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About

 The lifestyle and food culture celebrated on an estancia, a large South American vineyard estate, is the inspiration for Victor Albisu’s flagship restaurant in the Chinatown neighborhood of Washington, D.C.  The airy, 174-seat agrarian space is home to a meat-driven, wine-centric menu that is a product of Albisu’s Latin American roots and travels throughout Argentina, Chile, Peru, and Uruguay.

An extensive selection of steaks and various slow-roasted meats served with vibrant herb sauces, such as chimichurris and fresh salsas is the backbone of Del Campo’s menu. Albisu’s Peruvian heritage shows itself in the form of a Latin raw bar of ceviches, tiraditos and crudos. The wine program leans heavily towards South American varietals, which are decanted in traditional Argentinean carafes.

Del Campo is open for dinner seven days a week.  A nine-seat asado bar offers guests a front row view of the gallery kitchen’s open flame. In addition to the dining room, guests can enjoy pisco sours and caipirinhas at the bar along with more casual South American street food. Albisu offers his take on Argentine sandwiches, chivito and chori-pan, as well as Peruvian skewered and fried meats, anticuchos and chicharones.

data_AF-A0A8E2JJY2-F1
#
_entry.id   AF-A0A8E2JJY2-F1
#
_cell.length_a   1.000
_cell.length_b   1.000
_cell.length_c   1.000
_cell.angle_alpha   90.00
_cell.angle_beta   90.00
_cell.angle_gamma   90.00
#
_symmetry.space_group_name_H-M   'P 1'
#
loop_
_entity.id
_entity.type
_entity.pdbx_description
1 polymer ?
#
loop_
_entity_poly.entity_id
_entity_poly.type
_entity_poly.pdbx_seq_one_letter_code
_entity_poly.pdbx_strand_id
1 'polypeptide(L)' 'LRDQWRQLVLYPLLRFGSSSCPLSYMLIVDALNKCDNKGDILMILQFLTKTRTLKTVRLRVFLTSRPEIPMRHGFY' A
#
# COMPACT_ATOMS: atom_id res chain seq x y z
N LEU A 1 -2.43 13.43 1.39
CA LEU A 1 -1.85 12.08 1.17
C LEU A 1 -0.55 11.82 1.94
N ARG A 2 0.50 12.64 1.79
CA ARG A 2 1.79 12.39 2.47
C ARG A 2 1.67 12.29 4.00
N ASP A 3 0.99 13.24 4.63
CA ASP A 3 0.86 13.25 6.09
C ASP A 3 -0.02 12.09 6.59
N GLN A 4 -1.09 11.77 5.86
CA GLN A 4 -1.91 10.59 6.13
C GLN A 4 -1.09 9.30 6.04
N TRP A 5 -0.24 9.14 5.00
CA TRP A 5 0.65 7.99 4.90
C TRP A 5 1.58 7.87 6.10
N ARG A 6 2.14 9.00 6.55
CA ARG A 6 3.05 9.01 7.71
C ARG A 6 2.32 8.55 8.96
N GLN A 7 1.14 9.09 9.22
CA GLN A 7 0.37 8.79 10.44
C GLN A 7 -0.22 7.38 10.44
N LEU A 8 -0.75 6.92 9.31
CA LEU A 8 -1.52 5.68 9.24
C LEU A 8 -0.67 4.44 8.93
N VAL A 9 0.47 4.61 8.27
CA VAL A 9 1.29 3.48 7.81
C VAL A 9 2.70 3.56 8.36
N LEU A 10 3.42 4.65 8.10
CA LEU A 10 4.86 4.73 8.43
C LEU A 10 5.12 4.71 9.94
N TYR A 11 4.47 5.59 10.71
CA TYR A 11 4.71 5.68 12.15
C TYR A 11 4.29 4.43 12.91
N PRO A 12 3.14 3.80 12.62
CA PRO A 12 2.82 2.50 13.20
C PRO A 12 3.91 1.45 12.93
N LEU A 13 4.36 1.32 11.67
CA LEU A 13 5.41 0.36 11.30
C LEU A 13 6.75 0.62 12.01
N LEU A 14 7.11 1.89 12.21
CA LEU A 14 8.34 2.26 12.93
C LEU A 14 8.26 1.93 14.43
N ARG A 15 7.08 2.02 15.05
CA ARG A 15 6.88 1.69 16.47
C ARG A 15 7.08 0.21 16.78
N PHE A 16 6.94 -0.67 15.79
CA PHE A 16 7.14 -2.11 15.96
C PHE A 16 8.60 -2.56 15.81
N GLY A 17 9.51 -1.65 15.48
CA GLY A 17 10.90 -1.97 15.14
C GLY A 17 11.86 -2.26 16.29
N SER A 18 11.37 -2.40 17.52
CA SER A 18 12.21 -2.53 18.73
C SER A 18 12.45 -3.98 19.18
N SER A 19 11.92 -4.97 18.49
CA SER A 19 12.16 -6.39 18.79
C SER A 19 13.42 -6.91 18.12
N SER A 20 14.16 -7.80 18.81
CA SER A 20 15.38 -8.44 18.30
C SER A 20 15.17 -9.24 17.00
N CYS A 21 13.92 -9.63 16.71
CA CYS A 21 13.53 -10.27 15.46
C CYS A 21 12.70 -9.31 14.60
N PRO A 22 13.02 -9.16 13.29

Albisu also owns Taco Bamba, a Mexican street food-inspired takeout counter in Falls Church, VA.

About Chef Victor Albisu

With more than a decade of experience in fine dining and upscale French, American and Latin American restaurants, Chef Victor Albisu is combining his culinary education with his Latin American heritage to bring a unique style of cuisine to his forthcoming restaurant concepts.